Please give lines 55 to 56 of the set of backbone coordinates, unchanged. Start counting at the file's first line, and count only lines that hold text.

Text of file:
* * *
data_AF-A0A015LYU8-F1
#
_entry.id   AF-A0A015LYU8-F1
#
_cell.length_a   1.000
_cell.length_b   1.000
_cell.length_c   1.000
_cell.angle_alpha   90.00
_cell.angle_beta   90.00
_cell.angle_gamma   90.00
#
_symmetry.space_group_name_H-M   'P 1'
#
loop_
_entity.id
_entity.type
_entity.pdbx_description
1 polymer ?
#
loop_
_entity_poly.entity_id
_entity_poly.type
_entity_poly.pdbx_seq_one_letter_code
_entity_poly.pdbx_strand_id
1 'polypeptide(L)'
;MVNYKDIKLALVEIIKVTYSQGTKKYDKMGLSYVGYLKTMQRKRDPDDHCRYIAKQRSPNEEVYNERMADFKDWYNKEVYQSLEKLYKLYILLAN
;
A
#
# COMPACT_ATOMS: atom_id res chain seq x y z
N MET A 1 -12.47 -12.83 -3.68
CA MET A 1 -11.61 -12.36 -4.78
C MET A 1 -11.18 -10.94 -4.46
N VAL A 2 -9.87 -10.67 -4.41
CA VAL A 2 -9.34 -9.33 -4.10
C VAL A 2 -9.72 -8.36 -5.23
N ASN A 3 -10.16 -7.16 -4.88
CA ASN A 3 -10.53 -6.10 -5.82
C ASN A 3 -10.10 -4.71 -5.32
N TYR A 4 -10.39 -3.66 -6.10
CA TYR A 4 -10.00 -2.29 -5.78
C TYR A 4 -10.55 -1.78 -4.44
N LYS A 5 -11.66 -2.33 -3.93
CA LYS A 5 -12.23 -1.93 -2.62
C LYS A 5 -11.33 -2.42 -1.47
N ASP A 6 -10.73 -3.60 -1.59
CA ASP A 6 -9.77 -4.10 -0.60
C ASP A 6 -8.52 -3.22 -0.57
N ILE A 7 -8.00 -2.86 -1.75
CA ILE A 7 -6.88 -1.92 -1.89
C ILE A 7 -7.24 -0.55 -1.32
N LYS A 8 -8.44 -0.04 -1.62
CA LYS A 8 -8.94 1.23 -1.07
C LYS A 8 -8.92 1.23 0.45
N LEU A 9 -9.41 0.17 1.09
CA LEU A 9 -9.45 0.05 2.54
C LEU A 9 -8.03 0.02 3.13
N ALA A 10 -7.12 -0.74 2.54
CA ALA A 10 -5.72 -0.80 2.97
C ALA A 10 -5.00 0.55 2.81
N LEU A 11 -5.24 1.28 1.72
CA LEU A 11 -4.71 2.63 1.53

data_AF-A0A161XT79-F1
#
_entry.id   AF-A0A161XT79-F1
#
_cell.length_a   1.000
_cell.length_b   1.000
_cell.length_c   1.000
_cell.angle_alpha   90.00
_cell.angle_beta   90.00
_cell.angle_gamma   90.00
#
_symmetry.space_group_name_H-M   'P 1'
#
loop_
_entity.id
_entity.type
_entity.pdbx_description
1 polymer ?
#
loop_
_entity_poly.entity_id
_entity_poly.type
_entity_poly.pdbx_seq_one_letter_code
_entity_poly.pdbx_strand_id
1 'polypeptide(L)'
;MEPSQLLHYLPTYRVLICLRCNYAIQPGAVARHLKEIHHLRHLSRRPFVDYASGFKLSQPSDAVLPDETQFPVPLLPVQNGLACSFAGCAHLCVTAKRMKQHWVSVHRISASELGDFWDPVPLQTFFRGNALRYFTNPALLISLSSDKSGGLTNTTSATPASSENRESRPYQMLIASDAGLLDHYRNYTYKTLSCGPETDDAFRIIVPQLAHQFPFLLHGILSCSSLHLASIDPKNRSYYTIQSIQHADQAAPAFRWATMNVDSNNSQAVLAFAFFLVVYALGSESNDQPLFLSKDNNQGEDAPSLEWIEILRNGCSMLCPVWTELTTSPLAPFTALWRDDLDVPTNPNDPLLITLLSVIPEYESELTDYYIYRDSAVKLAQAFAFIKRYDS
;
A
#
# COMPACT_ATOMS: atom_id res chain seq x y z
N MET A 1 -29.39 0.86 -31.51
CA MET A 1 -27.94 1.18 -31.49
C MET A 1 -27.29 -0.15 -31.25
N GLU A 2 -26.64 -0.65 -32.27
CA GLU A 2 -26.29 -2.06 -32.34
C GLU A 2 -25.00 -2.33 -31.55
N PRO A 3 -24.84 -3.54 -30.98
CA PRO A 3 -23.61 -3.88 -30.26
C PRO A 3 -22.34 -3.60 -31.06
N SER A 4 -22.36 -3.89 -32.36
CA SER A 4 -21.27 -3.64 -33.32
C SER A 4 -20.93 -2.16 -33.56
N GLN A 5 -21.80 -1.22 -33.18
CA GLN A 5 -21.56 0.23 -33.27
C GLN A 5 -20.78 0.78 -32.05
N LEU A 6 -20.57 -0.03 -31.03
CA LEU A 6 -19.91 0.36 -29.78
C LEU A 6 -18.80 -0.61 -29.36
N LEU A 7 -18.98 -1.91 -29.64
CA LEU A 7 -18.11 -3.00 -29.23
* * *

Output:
N LEU A 9 -9.41 0.17 1.09
CA LEU A 9 -9.45 0.05 2.54